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Mom shares a beautiful positive parenting example when her 6-year-old was rude to her

No matter how great a parent you are and how well you teach your children how to behave, kids are occasionally going to be less-than-pleasurable to be around. They are human, after all. And they are engaged in an intense, years-long process of learning about being human, growing and change rapidly through various phases and stages.

As parents, it can be hard to figure out how to help them through all of that. Especially when they're pushing our own emotional buttons.

Mom and educator Dr. Chawanna B. Chambers— or "Dr. Chae," as she goes by on her website—shared a parenting tale from her own life that offers us all a beautiful example of how to teach a child who is seemingly acting disrespectful how to manage their responses. For many parents, a child talking back or being rude is met with immediate anger or sternness—perhaps an instinctual response from their own upbringing or beliefs about respecting our elders.

But for Chambers, her 6-year-old speaking rudely was an opportunity to teach a lesson about our brains and how we can head off a problematic interaction before it starts.

"I noticed that my 6-yo was being a lil rude/curt w/me, so I asked her what was up," Chambers wrote. "At first, she just looked at me, so I reiterated that I can't help her if I don't know what's wrong.


"Then I asked, 'Why are you being unkind to me? What happened?'

"She looked at me and said, 'I don't know,' and started crying. I told her, 'It's okay. Sometimes mommy just doesn't feel happy too. You're not in trouble. I just needed to know how to help.'"

Gold from the get-go. Even just asking the question, "Why are you being unkind to me?" invites a child to think through their thoughts and emotions in a way that doesn't put them in a space of fear or defensiveness. And having mom reiterate that she understands how it feels to not know why you're unhappy and share that she wants to help gives her daughter room to do this important work.

"She said, 'My brain tells me to be rude,'" Chambers went on. "I told her that's sort of how it happens for lots of people. When our emotions aren't happy, sometimes we take it out on others even when they don't deserve it.

"She asked, 'Wait. Your brain does it too?!' I told her yes, and then I asked her if I could teach her something that might help. She said yes, so I told her, 'When you aren't quite feeling right but don't want to be mean, you can say, "I'm not feeling my best self; I need a min."'"

Empathy. Compassion. Education. Concrete ideas for what to do instead of what they're doing. It's like a master class in positive, supportive parenting techniques.

Chambers continued:

"So, we practiced saying that over and over again until she felt better. She gave me a hug and stopped crying. I think about all the ways I *could've* responded, particularly a power trip bc 'I'm the adult,' but she needed to process something not even about me."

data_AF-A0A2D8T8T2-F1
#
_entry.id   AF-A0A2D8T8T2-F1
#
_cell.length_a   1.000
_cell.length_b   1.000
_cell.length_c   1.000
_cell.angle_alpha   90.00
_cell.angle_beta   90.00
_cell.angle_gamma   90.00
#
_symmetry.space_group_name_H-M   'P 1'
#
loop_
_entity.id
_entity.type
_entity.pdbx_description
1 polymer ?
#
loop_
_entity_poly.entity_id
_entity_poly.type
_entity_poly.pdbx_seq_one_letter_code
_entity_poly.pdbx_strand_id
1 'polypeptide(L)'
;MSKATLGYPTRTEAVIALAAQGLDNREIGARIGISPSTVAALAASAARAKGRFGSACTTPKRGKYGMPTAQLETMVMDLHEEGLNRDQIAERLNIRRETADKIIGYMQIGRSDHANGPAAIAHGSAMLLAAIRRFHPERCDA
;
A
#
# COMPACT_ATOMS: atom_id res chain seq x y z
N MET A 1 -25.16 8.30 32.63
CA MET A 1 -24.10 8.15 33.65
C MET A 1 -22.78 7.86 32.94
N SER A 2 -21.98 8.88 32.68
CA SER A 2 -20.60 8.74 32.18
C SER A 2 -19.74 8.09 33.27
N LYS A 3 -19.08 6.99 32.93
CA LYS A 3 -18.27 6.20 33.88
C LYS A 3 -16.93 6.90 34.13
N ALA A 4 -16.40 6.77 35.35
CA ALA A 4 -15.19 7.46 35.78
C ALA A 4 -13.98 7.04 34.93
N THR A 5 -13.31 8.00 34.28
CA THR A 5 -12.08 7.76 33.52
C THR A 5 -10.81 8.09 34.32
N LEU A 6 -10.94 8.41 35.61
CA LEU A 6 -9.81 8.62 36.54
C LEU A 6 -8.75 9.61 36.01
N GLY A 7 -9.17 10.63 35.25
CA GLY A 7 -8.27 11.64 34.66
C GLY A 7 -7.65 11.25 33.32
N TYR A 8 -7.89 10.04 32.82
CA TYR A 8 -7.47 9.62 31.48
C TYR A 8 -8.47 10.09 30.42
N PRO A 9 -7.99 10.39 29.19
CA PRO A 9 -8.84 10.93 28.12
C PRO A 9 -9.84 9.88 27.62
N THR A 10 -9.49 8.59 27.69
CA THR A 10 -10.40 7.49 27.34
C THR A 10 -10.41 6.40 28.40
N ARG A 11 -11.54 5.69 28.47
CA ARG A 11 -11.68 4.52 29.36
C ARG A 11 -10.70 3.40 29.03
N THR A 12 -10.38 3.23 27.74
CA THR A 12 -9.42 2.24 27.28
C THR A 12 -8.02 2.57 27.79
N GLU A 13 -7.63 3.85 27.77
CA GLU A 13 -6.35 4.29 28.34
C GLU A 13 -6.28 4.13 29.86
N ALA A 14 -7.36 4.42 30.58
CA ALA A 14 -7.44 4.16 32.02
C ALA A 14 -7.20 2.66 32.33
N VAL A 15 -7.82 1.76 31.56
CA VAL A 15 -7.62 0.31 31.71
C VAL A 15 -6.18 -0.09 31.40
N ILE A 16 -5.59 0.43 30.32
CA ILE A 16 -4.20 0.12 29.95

That right there is such a key thing that's easy to miss as a parent. So many times when our kids are expressing frustrations in our direction, they have nothing to do with us personally. We are merely a safe space for them to vent, and they may not even know why. That doesn't mean we should let them speak to us any old way they feel like it in the moment, but it does mean we can utilize that space to help them work through whatever they're feeling and figure out a different way of expressing themselves.

"Trying to be slower to projection or anger has really given me an opportunity to coach my children on emotional maturity," Chambers reflected. "Even at 6, she can learn how to challenge her own thoughts. She can learn how her brain works and the best ways to engage w/others."

Yes. Children are far better at this kind of emotional work than we give them credit for. It takes time and patience, but it pays off in the long run.

With a background in education, Chambers may have a leg up on many of us in terms of understanding child psychology and explaining it on a child's level, but that doesn't mean we can't all do our best to focus on empathy and education in our own parenting.

Not only does this kind of approach help kids learn how to manage their behavior, but it also strengthens bonds between parent and child. When your kiddo knows they can trust you to help them and not hurt them, when they get the message that their feelings are normal and they can learn to manage them, when they see that their mom or dad also have the same struggles they do sometimes and can help them through it, they know they've got support.

Our job is to teach them as the humans they are, not train them like animals at obedience school. And most importantly, we teach respect by exhibiting ourselves. When a child behaves in a way that's contrary to what we expect and what we've taught them, it usually means they're struggling with something. And nothing is more respectful than listening, acknowledging, empathizing, and helping when someone is clearly struggling.

Children learn what they live, as the saying goes. Thank you, Dr. Chae, for offering a beautiful example of what that looks like in action.

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